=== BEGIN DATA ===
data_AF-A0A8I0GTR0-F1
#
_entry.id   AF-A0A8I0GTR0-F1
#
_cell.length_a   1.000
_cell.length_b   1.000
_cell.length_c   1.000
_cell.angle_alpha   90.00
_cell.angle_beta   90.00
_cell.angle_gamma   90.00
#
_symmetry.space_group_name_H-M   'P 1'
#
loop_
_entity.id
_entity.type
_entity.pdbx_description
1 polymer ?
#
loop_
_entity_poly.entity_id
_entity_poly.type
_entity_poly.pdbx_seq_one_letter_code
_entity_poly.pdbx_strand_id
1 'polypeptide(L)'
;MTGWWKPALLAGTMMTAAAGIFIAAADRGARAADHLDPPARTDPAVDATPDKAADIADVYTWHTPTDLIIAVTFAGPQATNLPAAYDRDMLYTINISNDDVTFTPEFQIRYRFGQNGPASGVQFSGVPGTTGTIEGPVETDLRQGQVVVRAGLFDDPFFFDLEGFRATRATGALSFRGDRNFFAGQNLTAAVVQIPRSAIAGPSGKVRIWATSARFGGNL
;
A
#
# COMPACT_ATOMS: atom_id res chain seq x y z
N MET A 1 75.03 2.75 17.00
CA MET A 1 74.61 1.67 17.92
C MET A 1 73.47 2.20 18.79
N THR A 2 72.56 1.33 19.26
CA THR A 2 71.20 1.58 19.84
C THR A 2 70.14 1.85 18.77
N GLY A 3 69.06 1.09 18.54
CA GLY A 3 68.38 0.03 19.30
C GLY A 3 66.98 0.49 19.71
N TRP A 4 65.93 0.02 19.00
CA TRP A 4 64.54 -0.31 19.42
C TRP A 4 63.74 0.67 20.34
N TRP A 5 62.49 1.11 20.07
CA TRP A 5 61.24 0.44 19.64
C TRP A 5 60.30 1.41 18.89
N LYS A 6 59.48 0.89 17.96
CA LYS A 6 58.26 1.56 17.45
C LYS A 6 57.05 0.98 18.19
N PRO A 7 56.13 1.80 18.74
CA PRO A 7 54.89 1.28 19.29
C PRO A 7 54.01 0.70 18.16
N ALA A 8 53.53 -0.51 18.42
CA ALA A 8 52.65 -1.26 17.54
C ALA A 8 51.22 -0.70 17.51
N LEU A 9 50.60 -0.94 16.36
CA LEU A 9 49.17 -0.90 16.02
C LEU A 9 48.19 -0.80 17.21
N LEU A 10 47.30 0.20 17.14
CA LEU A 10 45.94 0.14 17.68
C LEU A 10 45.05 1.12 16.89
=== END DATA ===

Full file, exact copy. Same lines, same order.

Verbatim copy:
data_AF-A0A8I0GTR0-F1
#
_entry.id   AF-A0A8I0GTR0-F1
#
_cell.length_a   1.000
_cell.length_b   1.000
_cell.length_c   1.000
_cell.angle_alpha   90.00
_cell.angle_beta   90.00
_cell.angle_gamma   90.00
#
_symmetry.space_group_name_H-M   'P 1'
#
loop_
_entity.id
_entity.type
_entity.pdbx_description
1 polymer ?
#
loop_
_entity_poly.entity_id
_entity_poly.type
_entity_poly.pdbx_seq_one_letter_code
_entity_poly.pdbx_strand_id
1 'polypeptide(L)'
;MTGWWKPALLAGTMMTAAAGIFIAAADRGARAADHLDPPARTDPAVDATPDKAADIADVYTWHTPTDLIIAVTFAGPQATNLPAAYDRDMLYTINISNDDVTFTPEFQIRYRFGQNGPASGVQFSGVPGTTGTIEGPVETDLRQGQVVVRAGLFDDPFFFDLEGFRATRATGALSFRGDRNFFAGQNLTAAVVQIPRSAIAGPSGKVRIWATSARFGGNL
;
A
#
# COMPACT_ATOMS: atom_id res chain seq x y z
N MET A 1 75.03 2.75 17.00
CA MET A 1 74.61 1.67 17.92
C MET A 1 73.47 2.20 18.79
N THR A 2 72.56 1.33 19.26
CA THR A 2 71.20 1.58 19.84
C THR A 2 70.14 1.85 18.77
N GLY A 3 69.06 1.09 18.54
CA GLY A 3 68.38 0.03 19.30
C GLY A 3 66.98 0.49 19.71
N TRP A 4 65.93 0.02 19.00
CA TRP A 4 64.54 -0.31 19.42
C TRP A 4 63.74 0.67 20.34
N TRP A 5 62.49 1.11 20.07
CA TRP A 5 61.24 0.44 19.64
C TRP A 5 60.30 1.41 18.89
N LYS A 6 59.48 0.89 17.96
CA LYS A 6 58.26 1.56 17.45
C LYS A 6 57.05 0.98 18.19
N PRO A 7 56.13 1.80 18.74
CA PRO A 7 54.89 1.28 19.29
C PRO A 7 54.01 0.70 18.16
N ALA A 8 53.53 -0.51 18.42
CA ALA A 8 52.65 -1.26 17.54
C ALA A 8 51.22 -0.70 17.51
N LEU A 9 50.60 -0.94 16.36
CA LEU A 9 49.17 -0.90 16.02
C LEU A 9 48.19 -0.80 17.21
N LEU A 10 47.30 0.20 17.14
CA LEU A 10 45.94 0.14 17.68
C LEU A 10 45.05 1.12 16.89